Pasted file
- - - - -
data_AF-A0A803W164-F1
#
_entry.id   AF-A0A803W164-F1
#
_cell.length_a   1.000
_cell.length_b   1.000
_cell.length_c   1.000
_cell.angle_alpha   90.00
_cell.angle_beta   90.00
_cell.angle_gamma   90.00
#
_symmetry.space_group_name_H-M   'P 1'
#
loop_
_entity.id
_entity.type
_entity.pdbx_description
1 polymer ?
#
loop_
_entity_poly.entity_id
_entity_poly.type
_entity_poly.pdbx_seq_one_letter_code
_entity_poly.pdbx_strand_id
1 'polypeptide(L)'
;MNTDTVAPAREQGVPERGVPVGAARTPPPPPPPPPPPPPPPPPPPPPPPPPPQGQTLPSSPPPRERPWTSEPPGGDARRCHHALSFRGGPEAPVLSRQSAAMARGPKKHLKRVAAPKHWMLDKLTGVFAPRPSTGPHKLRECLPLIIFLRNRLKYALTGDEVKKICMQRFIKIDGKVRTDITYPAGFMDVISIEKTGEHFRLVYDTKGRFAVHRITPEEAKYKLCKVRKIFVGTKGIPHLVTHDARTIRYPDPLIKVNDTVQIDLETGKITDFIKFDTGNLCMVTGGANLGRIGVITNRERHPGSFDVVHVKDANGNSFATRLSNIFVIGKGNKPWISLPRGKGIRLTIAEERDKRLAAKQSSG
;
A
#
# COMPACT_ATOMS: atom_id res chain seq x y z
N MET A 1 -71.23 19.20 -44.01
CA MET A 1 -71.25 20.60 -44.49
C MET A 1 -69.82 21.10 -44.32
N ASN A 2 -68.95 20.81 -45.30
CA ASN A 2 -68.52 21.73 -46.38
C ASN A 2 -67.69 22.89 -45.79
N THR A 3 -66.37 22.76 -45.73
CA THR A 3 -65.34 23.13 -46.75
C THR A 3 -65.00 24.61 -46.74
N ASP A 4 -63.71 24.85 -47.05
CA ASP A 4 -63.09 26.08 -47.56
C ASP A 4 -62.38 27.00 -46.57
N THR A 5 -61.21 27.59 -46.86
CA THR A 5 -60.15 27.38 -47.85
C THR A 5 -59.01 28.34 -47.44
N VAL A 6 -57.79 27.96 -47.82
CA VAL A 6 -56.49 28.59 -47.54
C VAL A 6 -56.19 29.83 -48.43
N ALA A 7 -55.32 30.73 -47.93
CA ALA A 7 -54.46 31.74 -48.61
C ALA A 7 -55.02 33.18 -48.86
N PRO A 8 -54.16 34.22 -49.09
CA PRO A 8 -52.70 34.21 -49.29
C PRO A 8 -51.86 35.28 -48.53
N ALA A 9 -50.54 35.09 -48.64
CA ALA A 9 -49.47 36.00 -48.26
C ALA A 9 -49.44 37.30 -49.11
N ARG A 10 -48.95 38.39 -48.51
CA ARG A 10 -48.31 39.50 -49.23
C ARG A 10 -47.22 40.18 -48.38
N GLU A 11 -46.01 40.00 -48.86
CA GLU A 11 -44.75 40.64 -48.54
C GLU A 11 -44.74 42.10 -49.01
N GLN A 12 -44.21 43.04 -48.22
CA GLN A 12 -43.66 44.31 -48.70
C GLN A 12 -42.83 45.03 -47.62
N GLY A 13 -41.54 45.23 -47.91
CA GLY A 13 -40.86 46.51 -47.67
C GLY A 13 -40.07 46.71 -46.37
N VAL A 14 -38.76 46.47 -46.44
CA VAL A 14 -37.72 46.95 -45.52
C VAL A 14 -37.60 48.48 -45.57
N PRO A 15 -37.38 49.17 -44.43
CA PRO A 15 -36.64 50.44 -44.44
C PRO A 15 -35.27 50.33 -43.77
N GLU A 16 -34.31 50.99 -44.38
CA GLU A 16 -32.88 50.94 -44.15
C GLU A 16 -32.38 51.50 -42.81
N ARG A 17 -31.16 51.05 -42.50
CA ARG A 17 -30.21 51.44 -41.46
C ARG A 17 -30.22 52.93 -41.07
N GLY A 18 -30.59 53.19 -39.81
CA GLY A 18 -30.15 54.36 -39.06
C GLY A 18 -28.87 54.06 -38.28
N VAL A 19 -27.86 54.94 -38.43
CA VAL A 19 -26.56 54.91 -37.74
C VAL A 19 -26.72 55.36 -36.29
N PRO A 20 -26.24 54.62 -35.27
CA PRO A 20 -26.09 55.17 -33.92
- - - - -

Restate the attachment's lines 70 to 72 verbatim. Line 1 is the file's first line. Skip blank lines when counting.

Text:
N VAL A 14 -38.76 46.47 -46.44
CA VAL A 14 -37.72 46.95 -45.52
C VAL A 14 -37.60 48.48 -45.57